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$600 (£400ish) to spend on Headphones and Sound card

post #1 of 22
Thread Starter 
Hi,

I'm a music producer in need of some new headphones!

I'm looking for flat, responsive, clear headphones to will allow me to mix well.

I'd also like a new sound card to boot. External/internal doesn't bother me. As long as it can handle 24bit/96kHz sound and add to gaming experience (if possible) that's cool with me.

The kind of music I produce varies from classical to dubstep so range and clarity is essential for these headphones.

I have about $600ish to spend but this is flexible and can be adjusted if need be.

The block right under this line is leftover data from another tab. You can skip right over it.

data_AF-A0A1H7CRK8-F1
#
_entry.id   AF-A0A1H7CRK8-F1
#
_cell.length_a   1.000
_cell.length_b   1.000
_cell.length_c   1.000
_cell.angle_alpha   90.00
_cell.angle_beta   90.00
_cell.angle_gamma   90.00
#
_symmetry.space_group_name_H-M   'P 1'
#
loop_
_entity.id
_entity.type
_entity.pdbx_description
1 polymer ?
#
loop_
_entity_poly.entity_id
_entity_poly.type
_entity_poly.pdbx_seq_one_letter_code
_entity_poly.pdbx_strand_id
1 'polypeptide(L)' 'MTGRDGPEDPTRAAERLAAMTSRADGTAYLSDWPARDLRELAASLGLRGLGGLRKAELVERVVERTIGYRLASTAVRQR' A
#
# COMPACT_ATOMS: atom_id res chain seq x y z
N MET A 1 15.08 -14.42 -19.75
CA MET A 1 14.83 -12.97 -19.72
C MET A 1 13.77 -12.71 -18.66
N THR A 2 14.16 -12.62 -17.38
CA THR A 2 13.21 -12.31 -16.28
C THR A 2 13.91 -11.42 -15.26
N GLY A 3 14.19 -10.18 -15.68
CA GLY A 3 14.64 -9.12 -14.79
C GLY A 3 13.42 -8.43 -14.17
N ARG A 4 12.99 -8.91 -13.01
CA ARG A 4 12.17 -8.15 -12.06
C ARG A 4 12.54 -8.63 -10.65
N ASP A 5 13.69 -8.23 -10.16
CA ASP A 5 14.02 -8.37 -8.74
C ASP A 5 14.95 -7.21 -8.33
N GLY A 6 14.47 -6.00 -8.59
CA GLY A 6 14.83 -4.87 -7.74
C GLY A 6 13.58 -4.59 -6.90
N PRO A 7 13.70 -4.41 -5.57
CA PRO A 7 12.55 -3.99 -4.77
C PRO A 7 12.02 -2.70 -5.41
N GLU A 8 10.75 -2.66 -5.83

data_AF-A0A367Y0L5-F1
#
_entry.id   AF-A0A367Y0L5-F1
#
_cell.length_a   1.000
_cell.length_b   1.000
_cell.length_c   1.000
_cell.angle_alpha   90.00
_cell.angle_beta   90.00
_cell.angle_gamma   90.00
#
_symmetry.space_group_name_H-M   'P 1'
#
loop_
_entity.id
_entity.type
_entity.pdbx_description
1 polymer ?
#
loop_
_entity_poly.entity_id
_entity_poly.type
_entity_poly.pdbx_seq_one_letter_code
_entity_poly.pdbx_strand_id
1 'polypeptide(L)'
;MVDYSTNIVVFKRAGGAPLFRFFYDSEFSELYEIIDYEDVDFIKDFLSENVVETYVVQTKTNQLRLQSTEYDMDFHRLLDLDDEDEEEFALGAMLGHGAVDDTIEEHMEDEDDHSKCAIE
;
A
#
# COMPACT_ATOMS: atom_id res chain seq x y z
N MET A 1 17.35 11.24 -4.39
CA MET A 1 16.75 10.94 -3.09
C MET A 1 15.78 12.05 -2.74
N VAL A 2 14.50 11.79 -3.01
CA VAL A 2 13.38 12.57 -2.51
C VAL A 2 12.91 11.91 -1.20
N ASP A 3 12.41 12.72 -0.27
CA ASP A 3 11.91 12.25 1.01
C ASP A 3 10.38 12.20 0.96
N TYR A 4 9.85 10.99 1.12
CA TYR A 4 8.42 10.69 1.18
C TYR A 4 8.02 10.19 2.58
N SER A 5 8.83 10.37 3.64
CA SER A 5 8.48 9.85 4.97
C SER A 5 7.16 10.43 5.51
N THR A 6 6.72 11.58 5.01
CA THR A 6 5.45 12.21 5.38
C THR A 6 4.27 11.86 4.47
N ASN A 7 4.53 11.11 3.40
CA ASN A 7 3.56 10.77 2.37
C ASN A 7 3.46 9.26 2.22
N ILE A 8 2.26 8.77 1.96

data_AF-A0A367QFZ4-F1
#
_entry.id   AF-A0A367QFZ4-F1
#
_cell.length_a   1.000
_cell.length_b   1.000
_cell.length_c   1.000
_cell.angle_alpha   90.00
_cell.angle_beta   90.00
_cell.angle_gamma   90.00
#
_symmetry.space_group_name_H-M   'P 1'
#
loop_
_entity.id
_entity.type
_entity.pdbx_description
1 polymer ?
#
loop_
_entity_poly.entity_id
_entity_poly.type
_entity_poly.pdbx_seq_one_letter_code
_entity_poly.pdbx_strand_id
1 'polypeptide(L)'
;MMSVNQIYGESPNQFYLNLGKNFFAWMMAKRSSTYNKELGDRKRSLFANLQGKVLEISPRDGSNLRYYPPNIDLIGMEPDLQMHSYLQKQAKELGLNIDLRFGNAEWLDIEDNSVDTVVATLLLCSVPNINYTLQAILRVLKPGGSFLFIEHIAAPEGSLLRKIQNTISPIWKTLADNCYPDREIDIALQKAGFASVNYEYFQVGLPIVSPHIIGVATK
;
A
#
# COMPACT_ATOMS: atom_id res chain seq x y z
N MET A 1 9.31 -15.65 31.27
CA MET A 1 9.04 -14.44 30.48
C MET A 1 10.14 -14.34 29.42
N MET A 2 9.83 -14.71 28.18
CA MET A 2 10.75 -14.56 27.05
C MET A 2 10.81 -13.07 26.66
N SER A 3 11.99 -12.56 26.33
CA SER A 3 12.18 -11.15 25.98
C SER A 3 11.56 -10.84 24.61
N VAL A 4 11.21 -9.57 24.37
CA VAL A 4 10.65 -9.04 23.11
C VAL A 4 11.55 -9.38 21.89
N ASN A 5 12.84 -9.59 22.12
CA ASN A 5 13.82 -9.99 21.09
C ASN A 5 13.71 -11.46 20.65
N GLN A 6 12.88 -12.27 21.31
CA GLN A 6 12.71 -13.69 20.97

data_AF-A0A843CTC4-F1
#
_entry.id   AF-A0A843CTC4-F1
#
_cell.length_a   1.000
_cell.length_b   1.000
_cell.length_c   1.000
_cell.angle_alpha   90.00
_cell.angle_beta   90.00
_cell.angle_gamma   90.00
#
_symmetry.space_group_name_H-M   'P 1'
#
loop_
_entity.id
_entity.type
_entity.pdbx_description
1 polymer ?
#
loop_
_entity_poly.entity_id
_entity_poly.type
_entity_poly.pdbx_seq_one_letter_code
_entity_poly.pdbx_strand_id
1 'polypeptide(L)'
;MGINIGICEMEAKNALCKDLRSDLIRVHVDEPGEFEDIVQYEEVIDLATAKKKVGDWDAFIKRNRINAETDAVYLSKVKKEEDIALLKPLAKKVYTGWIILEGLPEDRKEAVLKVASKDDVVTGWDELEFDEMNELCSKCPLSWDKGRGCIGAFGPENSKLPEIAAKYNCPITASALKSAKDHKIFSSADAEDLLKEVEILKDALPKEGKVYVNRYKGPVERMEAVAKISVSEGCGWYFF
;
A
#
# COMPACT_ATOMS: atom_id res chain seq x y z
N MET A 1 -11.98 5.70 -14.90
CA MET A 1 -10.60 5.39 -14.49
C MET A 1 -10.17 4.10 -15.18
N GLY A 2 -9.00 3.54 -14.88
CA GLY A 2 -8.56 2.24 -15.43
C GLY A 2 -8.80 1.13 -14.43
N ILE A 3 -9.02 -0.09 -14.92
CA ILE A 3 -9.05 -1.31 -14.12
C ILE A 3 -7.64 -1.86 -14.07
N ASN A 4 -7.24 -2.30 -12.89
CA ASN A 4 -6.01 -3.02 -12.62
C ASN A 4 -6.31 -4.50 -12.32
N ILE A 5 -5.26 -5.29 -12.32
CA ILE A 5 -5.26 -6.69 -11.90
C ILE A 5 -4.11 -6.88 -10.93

Thanks for reading.
post #2 of 22
For a good soundcard, look into anything by HT|Omega. They make some really good stuff.

For headphones, the Denon AH-D5000 sounds like just what the doctor ordered. They are easily (well, at least in my opinion) one of the best reference headphones under $500.
post #3 of 22
edit: updated DAC recommendation after reading up on the OCN consensus on the UDAC2.

That's the exact price point that my ideal setup costs!

Beyerdynamic DT-880s:

First of all, these are reference headphones (made for mixing) with a very flat frequency response. The bass is deep, but not bloated, the highs are audible, but not sibilant, etc. I also have to add that the sound separation on these headphones is 10/10, the soundstage is extremely wide which really helps you pick out instruments in different locations. I love my DT880s and wouldn't trade them for any headphone under $500.